From Alzheimer’s to depression, brain diseases are an extremely challenging area for therapeutic discovery and development. The field of neuroscience has an inadequate understanding of how the brain works and why things go wrong to cause diseases. The field is very exciting, but still relatively young, and all stakeholders could benefit from improved collaboration. When it comes to the brain and nervous system, we are all patients in one way or another.
Much has been written about the importance of regional clusters for fostering innovation and business opportunities in life sciences. Indeed, Xconomy has helped to broaden awareness that the Northwest is a neighborhood of several neuroscience organizations.
In May, a chance meeting of Seattle neuroneighbors at the annual Neurotechnology Industry Organization meeting in Boston sparked an idea. I bumped into Lance Stewart, senior director of alliances at the Allen Institute for Brain Science, and we ended up comparing lists of Seattle neuroneighbors, and became energized about the potential for the Northwest’s growing neuroindustry cluster. Dr. John Henson, director of the NeuroNEXT Consortium at Swedish Neuroscience Institute, joined the discussion at an Xconomy Seattle reception in May, and an initiative to promote the region’s neuro activity was born.
Since those meetings, the three of us have assembled a list of stakeholders from all aspects of Pacific Northwest neurotech industry. We are bringing together these stakeholders for an initial invitation-only meeting in late August called the NeuroNeighborhood Leadership Forum to highlight the breadth of regional expertise in the nervous system. The event will include invited participants from British Columbia to Oregon. (If you’re someone with a stake in neuroscience in the Northwest and you didn’t get an invite, please send a request for an invitation to me at email@example.com)
Promoting a Cluster
In 2010 the Neurotechnology Industry Organization published a worldwide listing of neurotech clusters. The report included a description of how community leaders can direct the growth of a cluster by promoting industry visibility, prioritizing a cluster’s needs, and then acting to fill these needs.
Local clusters have shown the value of a directed effort by industry leaders. Medical device executives, gathered in 2009 as guests of Perkins Coie’s Dick Rohde, and agreed that seed stage funding by individual angel investors wouldn’t be enough to build a neurotech cluster in Seattle. The group took up the challenge and with the WBBA’s support started the highly successful WINGS investment network.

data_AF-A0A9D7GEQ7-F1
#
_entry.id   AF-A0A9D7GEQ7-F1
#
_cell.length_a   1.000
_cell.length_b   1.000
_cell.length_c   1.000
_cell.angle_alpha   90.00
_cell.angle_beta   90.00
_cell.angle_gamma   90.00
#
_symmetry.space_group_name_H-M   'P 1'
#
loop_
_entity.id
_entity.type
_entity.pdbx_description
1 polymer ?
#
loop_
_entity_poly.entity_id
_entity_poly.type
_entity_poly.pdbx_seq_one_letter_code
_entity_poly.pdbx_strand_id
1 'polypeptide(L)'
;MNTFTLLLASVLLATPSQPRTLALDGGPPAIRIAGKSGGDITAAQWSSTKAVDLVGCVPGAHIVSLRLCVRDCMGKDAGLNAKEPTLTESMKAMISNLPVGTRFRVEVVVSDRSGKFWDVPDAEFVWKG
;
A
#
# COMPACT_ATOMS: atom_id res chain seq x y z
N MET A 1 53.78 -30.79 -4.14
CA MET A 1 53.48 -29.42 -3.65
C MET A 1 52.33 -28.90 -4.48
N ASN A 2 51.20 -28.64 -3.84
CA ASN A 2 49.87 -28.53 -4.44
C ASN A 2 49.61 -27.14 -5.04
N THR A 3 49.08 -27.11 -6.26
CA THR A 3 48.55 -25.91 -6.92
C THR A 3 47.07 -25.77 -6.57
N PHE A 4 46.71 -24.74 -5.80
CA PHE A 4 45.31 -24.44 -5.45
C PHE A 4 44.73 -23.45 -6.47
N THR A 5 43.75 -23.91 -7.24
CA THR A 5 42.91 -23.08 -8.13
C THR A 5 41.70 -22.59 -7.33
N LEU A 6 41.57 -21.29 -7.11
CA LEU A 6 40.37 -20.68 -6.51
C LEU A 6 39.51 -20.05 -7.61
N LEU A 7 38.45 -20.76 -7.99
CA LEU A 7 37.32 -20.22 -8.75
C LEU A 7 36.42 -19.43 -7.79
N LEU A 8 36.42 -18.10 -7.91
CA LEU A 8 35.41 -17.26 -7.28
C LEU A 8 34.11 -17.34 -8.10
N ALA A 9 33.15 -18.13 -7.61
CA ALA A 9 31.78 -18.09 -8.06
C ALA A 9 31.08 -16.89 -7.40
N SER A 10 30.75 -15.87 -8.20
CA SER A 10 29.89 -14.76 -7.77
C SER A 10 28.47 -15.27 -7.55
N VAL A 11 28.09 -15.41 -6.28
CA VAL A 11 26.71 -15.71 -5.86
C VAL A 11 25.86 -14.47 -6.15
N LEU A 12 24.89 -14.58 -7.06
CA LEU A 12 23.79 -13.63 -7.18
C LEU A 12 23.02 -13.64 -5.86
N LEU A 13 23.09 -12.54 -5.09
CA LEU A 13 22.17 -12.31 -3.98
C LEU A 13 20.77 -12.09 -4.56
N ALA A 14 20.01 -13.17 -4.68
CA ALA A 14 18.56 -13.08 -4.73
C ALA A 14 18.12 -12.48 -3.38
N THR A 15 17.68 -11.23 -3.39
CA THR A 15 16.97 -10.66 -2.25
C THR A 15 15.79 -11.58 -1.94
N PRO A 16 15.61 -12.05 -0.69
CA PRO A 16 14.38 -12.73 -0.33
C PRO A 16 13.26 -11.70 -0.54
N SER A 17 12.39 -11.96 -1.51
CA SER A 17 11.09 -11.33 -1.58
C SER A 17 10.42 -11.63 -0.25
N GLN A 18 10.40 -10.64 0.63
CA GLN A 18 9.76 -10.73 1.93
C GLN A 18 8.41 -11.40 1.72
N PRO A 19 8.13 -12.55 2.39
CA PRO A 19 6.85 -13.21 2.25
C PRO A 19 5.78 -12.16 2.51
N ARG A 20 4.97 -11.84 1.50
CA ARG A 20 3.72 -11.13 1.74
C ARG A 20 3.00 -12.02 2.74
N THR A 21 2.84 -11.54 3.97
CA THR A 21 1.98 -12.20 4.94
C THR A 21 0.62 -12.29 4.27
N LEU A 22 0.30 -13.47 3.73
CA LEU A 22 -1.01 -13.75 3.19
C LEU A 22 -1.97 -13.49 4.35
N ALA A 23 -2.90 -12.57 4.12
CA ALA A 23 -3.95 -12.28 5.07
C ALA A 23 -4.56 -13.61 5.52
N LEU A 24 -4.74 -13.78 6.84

Seattle already is known as a life sciences cluster, for its strength in cancer research, global health, and infectious disease. And it’s common to see focused trade groups come together to raise awareness of specialized strengths, and help form better connections. BioVentures for Global Health and the Washington Global Health Alliance bring international attention to Seattle organizations involved in infectious disease (e.g., Seattle BioMed, PATH, IDRI, and the Bill & Melinda Gates Foundation). In another example, enterpriseSeattle recently identified the silent strength of the local video gaming industry. Working with industry executives, they are fulfilling a strategic plan to establish a complete set of resources and gain national visibility for this cluster.
The organizers of the NeuroNeighborhood Leadership Forum have defined the group broadly to include biotech and device companies, investors with special interests in neuroscience, clinical and academic researchers, research engineers, educators and writers, and legal experts. Speakers at the first Forum will include individuals from a startup device company, a patient advocacy organization, the National Institute of Neurological Disorders and Stroke, the NeuroNEXT Consortium at Swedish Neuroscience Institute, the Allen Institute for Brain Science, a private neuroscience research organization, and One Mind for Research, a visionary start-up organization intent on changing the landscape of brain disease.
Neuroscience is still a young frontier for commercial entities and research alike. The industry is growing rapidly, as demonstrated by growth in annual sales and rapidly increasing venture capital investment in neurodevices. Yet it remains one of the most difficult arenas for product development, suggesting the need for integration of effort. The region has pillars on which to build a leading national presence. Greater visibility will attract research scientists, engineers, resources, and investors. The Forum can help formulate collaborative initiatives to address the challenges in brain and nervous disorders, and focus those initiatives where our cluster can offer the most benefit. The organizers look forward to significant progress in the near future, and with insights from the NeuroNeighborhood Leadership Forum, our region could be central in that progress.
For more information please contact any of the organizers:
Bob Wilcox, CEO of Viket Medical Corp. (firstname.lastname@example.org)
Lance Stewart, Senior Director of Alliances at the Allen Institute for Brain Science (email@example.com)
Dr. John Henson, Director, NeuroNEXT Consortium at Swedish Neuroscience Institute (John.Henson@swedish.org)
[Editor’s Note: This post was co-authored by Lance Stewart and John Henson]